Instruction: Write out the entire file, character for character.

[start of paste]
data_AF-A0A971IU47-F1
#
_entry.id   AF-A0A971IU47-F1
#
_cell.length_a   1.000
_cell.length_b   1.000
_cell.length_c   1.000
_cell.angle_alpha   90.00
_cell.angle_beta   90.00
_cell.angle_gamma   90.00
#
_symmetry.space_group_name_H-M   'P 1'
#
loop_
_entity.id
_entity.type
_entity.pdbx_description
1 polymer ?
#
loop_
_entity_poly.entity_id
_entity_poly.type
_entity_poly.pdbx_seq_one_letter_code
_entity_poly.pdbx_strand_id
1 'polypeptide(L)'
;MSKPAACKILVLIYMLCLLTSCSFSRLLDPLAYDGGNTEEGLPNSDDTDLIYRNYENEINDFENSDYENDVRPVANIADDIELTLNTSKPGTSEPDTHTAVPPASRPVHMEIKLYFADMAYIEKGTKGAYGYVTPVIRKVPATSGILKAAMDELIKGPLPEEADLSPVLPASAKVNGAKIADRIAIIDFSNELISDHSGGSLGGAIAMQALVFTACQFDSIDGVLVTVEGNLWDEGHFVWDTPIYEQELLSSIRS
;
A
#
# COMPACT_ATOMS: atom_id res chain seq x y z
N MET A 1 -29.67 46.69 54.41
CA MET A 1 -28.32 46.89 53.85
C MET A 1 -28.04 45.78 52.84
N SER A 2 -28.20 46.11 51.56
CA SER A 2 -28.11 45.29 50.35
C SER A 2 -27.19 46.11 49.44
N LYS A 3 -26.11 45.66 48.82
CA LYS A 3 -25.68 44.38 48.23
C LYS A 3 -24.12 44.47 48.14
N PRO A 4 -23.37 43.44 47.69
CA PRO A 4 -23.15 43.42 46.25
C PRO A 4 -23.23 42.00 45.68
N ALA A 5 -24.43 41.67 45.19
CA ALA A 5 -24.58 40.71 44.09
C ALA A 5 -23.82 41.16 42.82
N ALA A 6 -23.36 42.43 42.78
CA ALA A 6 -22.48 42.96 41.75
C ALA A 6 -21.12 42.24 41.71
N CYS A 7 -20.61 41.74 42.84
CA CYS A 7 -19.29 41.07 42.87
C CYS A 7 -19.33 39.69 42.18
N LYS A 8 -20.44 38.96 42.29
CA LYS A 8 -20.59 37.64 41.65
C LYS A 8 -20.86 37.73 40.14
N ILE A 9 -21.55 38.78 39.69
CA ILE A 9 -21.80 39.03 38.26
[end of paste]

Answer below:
data_AF-A0A971IU47-F1
#
_entry.id   AF-A0A971IU47-F1
#
_cell.length_a   1.000
_cell.length_b   1.000
_cell.length_c   1.000
_cell.angle_alpha   90.00
_cell.angle_beta   90.00
_cell.angle_gamma   90.00
#
_symmetry.space_group_name_H-M   'P 1'
#
loop_
_entity.id
_entity.type
_entity.pdbx_description
1 polymer ?
#
loop_
_entity_poly.entity_id
_entity_poly.type
_entity_poly.pdbx_seq_one_letter_code
_entity_poly.pdbx_strand_id
1 'polypeptide(L)'
;MSKPAACKILVLIYMLCLLTSCSFSRLLDPLAYDGGNTEEGLPNSDDTDLIYRNYENEINDFENSDYENDVRPVANIADDIELTLNTSKPGTSEPDTHTAVPPASRPVHMEIKLYFADMAYIEKGTKGAYGYVTPVIRKVPATSGILKAAMDELIKGPLPEEADLSPVLPASAKVNGAKIADRIAIIDFSNELISDHSGGSLGGAIAMQALVFTACQFDSIDGVLVTVEGNLWDEGHFVWDTPIYEQELLSSIRS
;
A
#
# COMPACT_ATOMS: atom_id res chain seq x y z
N MET A 1 -29.67 46.69 54.41
CA MET A 1 -28.32 46.89 53.85
C MET A 1 -28.04 45.78 52.84
N SER A 2 -28.20 46.11 51.56
CA SER A 2 -28.11 45.29 50.35
C SER A 2 -27.19 46.11 49.44
N LYS A 3 -26.11 45.66 48.82
CA LYS A 3 -25.68 44.38 48.23
C LYS A 3 -24.12 44.47 48.14
N PRO A 4 -23.37 43.44 47.69
CA PRO A 4 -23.15 43.42 46.25
C PRO A 4 -23.23 42.00 45.68
N ALA A 5 -24.43 41.67 45.19
CA ALA A 5 -24.58 40.71 44.09
C ALA A 5 -23.82 41.16 42.82
N ALA A 6 -23.36 42.43 42.78
CA ALA A 6 -22.48 42.96 41.75
C ALA A 6 -21.12 42.24 41.71
N CYS A 7 -20.61 41.74 42.84
CA CYS A 7 -19.29 41.07 42.87
C CYS A 7 -19.33 39.69 42.18
N LYS A 8 -20.44 38.96 42.29
CA LYS A 8 -20.59 37.64 41.65
C LYS A 8 -20.86 37.73 40.14
N ILE A 9 -21.55 38.78 39.69
CA ILE A 9 -21.80 39.03 38.26